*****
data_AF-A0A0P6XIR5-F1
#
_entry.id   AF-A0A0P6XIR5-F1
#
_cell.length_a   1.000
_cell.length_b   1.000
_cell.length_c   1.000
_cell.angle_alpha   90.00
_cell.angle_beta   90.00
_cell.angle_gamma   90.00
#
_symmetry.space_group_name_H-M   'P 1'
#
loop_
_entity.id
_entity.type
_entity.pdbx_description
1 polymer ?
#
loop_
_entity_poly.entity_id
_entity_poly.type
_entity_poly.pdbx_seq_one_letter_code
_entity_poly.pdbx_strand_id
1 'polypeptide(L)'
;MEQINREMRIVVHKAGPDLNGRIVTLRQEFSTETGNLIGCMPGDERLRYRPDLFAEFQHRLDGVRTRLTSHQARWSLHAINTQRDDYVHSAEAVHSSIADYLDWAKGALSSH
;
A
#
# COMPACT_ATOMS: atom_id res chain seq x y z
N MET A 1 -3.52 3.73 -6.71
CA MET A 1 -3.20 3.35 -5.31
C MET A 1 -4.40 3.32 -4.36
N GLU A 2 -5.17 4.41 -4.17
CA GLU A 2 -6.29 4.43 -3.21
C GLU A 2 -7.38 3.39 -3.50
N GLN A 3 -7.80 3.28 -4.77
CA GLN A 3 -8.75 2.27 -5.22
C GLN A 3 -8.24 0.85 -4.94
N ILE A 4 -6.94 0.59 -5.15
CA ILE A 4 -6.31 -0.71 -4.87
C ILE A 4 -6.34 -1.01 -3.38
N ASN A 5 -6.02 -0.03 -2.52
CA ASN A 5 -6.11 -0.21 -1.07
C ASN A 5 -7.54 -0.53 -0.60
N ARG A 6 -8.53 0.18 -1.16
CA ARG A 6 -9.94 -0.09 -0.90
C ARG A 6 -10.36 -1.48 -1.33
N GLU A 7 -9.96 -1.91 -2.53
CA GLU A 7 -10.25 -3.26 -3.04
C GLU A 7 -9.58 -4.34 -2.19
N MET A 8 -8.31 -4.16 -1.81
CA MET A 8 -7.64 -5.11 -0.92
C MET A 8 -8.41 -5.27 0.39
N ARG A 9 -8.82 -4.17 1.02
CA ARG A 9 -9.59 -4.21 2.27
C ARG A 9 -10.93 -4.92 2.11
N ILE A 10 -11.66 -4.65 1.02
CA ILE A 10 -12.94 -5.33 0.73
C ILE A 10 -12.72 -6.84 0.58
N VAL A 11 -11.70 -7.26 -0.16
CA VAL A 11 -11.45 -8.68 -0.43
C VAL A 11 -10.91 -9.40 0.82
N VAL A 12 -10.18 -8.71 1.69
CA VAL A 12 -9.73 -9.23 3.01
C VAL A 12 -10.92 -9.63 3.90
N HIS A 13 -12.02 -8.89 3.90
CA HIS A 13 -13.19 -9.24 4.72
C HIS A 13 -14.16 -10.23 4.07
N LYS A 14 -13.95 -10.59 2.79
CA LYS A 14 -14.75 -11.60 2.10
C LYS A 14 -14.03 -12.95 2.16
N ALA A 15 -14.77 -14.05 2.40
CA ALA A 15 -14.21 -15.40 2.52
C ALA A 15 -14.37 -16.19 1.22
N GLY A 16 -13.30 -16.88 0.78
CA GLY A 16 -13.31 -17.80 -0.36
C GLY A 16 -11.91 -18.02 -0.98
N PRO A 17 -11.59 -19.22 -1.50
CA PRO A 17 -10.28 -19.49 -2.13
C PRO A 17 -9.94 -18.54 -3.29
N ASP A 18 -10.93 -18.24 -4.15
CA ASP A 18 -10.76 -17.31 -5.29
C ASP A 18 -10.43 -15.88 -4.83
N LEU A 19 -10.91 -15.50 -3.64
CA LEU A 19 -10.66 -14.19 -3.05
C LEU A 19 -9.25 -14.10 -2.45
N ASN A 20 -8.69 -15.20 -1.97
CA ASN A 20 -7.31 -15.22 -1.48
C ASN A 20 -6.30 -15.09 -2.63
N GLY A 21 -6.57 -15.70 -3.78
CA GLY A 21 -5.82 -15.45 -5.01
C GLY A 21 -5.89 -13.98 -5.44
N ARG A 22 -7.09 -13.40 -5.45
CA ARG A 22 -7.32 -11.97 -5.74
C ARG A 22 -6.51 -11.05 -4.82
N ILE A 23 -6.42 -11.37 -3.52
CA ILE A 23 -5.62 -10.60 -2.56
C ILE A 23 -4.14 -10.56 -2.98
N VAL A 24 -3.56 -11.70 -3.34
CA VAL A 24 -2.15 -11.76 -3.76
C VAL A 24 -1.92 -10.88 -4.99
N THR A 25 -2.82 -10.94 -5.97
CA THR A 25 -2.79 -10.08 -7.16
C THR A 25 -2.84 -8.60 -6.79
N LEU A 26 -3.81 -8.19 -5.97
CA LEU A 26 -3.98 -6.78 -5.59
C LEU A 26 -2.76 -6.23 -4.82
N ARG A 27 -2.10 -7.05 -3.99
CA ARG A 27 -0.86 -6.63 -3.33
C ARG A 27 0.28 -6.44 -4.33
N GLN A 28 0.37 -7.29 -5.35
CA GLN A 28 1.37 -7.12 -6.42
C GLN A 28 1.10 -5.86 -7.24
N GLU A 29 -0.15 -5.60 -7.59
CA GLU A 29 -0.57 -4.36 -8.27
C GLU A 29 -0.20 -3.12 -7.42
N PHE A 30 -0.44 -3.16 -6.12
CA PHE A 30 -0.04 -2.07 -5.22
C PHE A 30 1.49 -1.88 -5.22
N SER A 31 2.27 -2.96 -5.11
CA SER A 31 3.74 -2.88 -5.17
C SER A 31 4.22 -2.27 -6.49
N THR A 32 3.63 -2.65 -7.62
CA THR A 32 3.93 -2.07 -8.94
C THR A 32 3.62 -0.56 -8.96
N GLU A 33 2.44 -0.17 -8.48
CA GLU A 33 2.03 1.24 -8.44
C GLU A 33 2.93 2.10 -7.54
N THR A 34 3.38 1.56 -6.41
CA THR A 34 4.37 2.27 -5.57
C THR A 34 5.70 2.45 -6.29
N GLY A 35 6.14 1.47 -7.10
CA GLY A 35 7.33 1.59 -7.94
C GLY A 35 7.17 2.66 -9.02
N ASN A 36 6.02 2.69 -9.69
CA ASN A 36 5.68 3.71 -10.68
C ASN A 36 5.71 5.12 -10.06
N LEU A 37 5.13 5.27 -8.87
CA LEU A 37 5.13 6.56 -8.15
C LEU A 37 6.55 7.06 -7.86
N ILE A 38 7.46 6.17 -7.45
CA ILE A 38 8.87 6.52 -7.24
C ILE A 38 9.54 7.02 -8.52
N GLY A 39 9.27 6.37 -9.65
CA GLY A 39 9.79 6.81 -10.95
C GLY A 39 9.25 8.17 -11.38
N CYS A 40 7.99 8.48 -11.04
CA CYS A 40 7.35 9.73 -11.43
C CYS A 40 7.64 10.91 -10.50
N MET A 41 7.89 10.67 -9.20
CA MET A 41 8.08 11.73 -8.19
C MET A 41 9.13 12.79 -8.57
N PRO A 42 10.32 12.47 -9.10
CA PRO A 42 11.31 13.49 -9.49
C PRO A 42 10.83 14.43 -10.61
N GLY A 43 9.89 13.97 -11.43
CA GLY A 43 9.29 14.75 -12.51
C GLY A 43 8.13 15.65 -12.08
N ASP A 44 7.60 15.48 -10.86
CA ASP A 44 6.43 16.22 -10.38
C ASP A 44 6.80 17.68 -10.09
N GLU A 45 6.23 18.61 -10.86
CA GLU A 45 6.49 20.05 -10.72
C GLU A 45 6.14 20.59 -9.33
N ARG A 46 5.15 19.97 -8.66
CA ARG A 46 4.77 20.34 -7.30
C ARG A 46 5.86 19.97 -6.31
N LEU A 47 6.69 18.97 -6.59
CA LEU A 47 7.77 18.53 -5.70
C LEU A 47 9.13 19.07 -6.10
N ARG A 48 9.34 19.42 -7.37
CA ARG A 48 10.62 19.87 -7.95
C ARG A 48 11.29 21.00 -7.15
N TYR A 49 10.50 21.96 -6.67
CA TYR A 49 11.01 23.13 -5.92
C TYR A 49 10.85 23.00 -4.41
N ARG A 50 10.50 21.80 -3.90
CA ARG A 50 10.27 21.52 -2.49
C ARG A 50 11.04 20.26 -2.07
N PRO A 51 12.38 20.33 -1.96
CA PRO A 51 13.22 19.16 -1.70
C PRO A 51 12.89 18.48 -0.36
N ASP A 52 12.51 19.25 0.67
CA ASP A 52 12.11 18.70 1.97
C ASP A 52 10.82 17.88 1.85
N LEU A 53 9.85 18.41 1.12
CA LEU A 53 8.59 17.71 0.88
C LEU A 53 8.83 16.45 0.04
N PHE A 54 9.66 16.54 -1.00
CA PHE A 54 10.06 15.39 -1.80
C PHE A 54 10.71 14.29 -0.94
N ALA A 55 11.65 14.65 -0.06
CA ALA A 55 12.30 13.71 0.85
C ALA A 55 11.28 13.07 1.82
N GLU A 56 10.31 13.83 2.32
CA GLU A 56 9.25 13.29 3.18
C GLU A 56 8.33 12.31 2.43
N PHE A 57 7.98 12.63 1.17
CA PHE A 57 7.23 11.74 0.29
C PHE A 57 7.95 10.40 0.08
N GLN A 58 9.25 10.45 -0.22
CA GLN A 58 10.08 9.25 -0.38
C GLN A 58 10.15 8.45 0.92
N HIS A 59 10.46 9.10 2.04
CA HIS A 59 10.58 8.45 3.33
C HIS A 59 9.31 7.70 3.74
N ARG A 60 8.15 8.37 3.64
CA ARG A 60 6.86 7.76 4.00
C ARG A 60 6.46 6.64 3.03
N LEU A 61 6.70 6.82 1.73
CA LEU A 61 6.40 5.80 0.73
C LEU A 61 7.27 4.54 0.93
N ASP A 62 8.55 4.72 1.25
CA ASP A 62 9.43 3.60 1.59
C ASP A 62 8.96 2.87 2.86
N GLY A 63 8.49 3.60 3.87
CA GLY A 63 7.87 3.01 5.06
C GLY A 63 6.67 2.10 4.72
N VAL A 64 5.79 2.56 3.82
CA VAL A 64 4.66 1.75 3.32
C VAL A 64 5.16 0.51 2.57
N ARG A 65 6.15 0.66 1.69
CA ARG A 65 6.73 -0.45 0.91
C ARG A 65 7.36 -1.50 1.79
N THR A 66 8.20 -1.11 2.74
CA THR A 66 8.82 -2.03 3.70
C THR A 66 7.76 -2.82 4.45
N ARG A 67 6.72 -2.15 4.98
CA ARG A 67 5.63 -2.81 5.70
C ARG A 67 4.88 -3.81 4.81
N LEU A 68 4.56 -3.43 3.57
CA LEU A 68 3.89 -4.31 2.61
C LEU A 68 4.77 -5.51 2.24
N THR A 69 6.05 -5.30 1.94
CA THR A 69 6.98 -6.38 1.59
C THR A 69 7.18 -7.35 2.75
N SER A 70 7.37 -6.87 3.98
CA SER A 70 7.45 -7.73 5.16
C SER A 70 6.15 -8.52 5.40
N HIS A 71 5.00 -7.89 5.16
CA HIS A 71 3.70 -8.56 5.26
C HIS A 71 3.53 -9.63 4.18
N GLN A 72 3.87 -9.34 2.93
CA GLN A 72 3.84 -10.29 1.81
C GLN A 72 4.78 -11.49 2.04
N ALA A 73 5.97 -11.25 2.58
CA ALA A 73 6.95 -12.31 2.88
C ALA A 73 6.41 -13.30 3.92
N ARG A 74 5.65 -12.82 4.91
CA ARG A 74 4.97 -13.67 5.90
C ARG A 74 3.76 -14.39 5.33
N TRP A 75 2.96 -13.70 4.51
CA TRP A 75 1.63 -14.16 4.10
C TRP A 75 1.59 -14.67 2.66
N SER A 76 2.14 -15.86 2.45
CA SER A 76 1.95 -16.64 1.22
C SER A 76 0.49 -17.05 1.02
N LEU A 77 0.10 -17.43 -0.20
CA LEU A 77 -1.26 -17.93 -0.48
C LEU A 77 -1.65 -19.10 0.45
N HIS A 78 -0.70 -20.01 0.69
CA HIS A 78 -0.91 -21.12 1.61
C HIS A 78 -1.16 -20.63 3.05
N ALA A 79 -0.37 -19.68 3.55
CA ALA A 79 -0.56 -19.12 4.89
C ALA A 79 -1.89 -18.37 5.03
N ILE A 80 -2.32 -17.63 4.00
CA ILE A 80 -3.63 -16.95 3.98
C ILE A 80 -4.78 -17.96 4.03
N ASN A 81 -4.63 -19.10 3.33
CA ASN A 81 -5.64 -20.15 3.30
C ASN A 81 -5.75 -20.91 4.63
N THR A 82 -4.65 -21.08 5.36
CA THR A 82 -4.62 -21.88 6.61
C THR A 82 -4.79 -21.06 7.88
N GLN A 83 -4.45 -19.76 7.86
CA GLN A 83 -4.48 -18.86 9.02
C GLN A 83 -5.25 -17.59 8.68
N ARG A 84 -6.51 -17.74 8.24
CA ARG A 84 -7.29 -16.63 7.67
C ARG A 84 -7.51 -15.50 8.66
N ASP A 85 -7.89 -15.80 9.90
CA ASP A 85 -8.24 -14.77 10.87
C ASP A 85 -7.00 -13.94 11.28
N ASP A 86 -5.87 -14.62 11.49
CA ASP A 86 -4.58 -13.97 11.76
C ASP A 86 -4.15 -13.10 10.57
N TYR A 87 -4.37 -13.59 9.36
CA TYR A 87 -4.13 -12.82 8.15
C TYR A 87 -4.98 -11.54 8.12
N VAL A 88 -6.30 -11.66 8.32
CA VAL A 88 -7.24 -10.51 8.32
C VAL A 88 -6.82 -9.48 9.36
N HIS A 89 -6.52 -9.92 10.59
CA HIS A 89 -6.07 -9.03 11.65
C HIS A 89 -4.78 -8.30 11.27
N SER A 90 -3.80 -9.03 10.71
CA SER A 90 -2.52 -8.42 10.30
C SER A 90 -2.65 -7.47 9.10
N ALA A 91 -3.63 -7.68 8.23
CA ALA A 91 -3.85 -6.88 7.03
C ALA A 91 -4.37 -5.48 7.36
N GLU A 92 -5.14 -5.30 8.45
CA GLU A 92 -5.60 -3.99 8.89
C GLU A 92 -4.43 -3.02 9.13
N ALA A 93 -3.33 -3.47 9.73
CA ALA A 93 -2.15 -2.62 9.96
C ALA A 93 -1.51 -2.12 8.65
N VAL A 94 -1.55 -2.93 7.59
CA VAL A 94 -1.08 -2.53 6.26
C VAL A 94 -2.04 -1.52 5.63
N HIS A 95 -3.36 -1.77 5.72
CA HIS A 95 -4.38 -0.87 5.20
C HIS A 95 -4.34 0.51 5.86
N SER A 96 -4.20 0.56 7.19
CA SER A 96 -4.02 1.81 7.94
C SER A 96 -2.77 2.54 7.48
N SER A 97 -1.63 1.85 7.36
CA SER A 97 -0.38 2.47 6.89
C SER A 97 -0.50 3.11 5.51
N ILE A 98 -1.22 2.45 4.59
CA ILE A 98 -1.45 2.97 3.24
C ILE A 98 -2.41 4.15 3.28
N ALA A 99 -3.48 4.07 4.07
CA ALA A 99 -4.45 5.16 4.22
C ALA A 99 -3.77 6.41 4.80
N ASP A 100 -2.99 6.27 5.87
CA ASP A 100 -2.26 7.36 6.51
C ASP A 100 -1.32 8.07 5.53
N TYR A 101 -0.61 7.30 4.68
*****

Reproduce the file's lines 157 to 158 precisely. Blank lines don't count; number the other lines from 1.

N GLY A 43 9.89 13.97 -11.43
CA GLY A 43 9.29 14.75 -12.51